Russian President Vladimir Putin builds influence in the Middle East, juggling diverse interests of nations like Syria, Turkey, Iran and Israel.
By Dilip Hiro *
During the recent Israeli general election campaign, Donald Trump brazenly tipped the scales in favor of incumbent Benjamin Netanyahu against challenger Benny Gantz. On the eve of the Israeli prime minister’s March 25 visit to Washington, the US president endorsed Israel’s annexation of Syria’s Golan Heights in violation of United Nations resolutions. Netanyahu hailed this as “a miracle.” Then, Trump topped this dramatic move by declaring the Islamic Revolutionary Guard Corp of Iran, a sworn enemy of Israel, a terrorist organization a day before the 9 April polling date.
In between, Russian President Vladimir Putin provided Netanyahu with an electoral gift that captured the public’s imagination. Following his 4 April meeting with Putin in Moscow, Netanyahu announced that the remains of Sergeant Zachary Baumel, missing in action in Syria since 1982, had been returned to Israel. In a country where conscription applies to all Jewish citizens with a few minor exemptions, the news had personal resonance for nearly 80 percent of the population.
Trump’s announcement on the IRGC caused concern in the Kremlin. Since September 2015, the Russian military in Syria has coordinated activities with its Syrian counterpart, which has become increasingly dependent on the logistical, technical and training support of the IRGC.
Putin has managed to maintain cordial relations with arch-enemies Iran and Israel simultaneously by depending on different sets of pillars. As for Israel, the treatment of Jews in contemporary and historical Russia is a major element. Equally significant are Putin’s personal views on Judaism and friendly relations with leading Jewish business people and officials. In the case of Iran, geopolitical and economic interests are primary factors. As littoral states of the inland Caspian Sea, Russia and Iran share fluvial borders. Endowed with huge oil and natural gas deposits, they have a common interest in assuring robust prices for these commodities.
In his drive to regain the influence that the Soviet Union had in the Middle East during the Cold War, Putin has come to value friendship with the Islamic Republic of Iran, which broke away from the American orbit more than 40 years ago. The Kremlin’s friendship with this regime, which maintained a strategic alliance with Syria since its inception, acquired greater prominence after Russia lost its naval facilities at the Libyan port of Benghazi in the wake of Muammar Gaddafi’s downfall in 2011. That reduced its naval access to Syria’s Latakia port in the Eastern Mediterranean.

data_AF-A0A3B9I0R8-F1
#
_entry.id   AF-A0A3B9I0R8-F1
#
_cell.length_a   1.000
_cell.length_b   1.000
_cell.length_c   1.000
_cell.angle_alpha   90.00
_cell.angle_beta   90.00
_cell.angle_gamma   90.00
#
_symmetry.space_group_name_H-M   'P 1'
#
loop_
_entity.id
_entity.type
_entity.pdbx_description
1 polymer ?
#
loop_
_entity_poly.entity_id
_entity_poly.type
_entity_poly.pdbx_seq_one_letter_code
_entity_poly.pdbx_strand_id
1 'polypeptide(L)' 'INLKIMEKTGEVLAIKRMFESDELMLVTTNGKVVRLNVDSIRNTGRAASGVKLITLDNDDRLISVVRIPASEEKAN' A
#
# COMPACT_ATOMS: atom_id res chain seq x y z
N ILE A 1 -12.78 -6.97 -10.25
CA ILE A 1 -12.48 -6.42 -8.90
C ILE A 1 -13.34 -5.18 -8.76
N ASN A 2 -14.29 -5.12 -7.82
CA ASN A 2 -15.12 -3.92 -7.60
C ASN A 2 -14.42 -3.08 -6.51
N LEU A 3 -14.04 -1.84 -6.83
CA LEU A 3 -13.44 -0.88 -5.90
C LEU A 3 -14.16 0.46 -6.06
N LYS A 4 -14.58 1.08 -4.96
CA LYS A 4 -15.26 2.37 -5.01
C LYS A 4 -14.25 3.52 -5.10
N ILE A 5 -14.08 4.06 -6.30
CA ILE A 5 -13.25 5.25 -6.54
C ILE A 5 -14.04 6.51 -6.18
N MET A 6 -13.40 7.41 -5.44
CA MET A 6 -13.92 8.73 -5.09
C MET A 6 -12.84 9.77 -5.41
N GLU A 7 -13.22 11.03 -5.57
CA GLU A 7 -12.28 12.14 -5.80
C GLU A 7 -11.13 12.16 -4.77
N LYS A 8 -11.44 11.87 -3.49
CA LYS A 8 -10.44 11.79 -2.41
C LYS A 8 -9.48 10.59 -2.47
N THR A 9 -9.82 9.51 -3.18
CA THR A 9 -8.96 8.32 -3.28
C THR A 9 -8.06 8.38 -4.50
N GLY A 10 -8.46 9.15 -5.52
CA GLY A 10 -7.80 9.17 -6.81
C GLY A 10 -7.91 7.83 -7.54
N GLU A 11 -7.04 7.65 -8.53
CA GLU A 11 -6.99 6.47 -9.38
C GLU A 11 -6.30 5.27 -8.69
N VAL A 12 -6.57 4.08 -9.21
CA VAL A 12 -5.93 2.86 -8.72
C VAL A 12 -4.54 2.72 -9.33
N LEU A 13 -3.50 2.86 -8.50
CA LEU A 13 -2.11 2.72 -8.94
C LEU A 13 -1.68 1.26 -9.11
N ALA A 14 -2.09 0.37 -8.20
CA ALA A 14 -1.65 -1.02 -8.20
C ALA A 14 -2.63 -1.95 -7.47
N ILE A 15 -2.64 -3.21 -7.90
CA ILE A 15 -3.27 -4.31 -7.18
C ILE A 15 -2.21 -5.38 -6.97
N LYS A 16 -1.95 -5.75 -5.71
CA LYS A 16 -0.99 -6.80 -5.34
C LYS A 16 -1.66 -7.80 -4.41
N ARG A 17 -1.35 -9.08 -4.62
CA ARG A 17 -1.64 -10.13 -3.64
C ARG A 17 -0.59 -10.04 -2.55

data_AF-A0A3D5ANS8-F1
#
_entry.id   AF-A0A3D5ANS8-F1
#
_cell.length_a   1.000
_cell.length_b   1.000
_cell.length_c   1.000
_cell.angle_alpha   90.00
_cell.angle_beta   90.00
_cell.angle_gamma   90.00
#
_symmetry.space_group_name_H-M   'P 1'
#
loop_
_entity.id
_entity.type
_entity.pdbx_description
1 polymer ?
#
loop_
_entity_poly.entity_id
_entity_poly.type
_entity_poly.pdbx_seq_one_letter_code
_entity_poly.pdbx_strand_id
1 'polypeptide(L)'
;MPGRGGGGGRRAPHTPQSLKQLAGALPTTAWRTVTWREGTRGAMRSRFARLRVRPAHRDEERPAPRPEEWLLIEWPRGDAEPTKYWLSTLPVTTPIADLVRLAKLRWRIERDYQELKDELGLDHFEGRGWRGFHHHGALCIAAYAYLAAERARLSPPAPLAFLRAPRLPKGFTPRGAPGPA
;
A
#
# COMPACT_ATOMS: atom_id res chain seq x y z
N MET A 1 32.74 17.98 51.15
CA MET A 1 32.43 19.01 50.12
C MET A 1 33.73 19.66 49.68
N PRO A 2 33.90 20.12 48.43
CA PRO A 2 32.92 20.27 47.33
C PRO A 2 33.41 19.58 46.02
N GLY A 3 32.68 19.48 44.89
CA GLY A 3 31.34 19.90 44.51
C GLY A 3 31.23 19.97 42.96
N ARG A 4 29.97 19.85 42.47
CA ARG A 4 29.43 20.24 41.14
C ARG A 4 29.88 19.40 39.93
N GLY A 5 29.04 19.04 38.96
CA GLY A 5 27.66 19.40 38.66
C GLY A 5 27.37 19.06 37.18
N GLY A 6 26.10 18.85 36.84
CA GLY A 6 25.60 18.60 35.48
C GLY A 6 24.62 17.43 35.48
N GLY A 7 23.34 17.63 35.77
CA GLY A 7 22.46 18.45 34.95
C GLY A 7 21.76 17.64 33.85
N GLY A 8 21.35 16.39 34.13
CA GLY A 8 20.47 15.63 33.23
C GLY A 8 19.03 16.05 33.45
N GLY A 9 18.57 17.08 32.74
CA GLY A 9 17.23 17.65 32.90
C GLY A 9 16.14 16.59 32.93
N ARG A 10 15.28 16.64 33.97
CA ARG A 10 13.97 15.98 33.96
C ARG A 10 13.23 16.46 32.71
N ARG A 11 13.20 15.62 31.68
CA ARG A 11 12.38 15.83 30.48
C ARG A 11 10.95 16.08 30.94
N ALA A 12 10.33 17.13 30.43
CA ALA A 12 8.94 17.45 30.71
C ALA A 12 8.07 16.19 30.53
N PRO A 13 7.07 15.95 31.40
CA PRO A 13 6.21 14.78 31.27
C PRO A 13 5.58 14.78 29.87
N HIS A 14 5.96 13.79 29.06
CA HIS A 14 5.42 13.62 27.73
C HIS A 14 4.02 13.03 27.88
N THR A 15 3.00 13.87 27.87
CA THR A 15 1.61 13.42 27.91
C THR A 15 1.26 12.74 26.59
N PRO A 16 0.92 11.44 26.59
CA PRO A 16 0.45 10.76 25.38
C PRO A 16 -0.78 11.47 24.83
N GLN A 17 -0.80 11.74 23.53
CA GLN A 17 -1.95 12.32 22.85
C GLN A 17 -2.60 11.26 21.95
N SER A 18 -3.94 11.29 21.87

The outbreak of civil war in Syria that threatened the regime of President Bashar al-Assad brought Russia and Iran together as his strong supporters.
Moscow’s friendly relations with Tehran began in 1995 when Russian President Boris Yeltsin agreed to build a civilian nuclear power plant at Bushehr under the supervision of the International Atomic Energy Agency. Only in 2010 did the Russians make this plant operational.
During those 15 years, there were two developments – one was defense cooperation between Iran and Russia; the other was demographic change in Israel. In 2007, the Kremlin signed a $800 million contract to supply Tehran with advanced anti-aircraft S-300 missiles. That was two years after Putin became the first Russian president to visit Israel. By then, the influx of Soviet Jews into Israel had made Russian the third most widely spoken first language after Hebrew and Arabic. On the national security front, Israeli Prime Minister Ehud Olmert feared Iran would deploy the missiles to safeguard its nuclear facilities, thus depriving his country of the option of bombing these sites.
It was left to Netanyahu, who became prime minister in 2009, to make a secret dash by private jet to Moscow to pressure President Dmitry Medvedev to cancel the missile deal. In September 2010, the Kremlin put its defensive missile contract on hold, citing the UN Security Council resolution passed in June, imposing an arms embargo on Tehran. Delivery of an improved version of S-300 missiles ensued only after the Security Council endorsed Iran’s denuclearization deal with its five permanent members and Germany in July 2015.